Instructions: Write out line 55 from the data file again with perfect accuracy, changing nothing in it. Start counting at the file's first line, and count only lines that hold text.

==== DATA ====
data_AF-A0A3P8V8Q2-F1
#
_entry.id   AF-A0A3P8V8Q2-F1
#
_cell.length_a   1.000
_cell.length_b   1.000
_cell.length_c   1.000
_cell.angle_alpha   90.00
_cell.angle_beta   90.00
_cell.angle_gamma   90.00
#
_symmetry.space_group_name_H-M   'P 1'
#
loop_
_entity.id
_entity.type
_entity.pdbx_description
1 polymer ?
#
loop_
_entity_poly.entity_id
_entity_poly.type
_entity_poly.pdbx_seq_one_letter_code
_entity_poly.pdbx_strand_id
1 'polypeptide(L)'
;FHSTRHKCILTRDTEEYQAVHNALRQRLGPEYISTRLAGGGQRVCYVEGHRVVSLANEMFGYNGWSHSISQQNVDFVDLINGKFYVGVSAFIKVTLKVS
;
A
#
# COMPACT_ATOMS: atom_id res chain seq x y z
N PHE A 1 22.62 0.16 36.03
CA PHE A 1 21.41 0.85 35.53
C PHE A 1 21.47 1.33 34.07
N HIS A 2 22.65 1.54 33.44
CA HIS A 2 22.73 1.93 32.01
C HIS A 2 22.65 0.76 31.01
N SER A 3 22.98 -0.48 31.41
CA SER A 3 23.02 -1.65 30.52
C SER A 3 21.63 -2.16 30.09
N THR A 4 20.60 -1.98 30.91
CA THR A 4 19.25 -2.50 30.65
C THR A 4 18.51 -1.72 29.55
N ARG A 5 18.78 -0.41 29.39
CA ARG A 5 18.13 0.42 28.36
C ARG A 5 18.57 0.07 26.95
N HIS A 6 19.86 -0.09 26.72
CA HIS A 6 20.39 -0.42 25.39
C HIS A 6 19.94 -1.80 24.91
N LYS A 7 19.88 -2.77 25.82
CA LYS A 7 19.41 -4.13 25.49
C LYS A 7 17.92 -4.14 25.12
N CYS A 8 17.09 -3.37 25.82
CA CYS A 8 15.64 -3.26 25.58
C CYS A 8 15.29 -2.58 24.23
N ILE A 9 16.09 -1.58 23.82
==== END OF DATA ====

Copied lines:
N ILE A 9 16.09 -1.58 23.82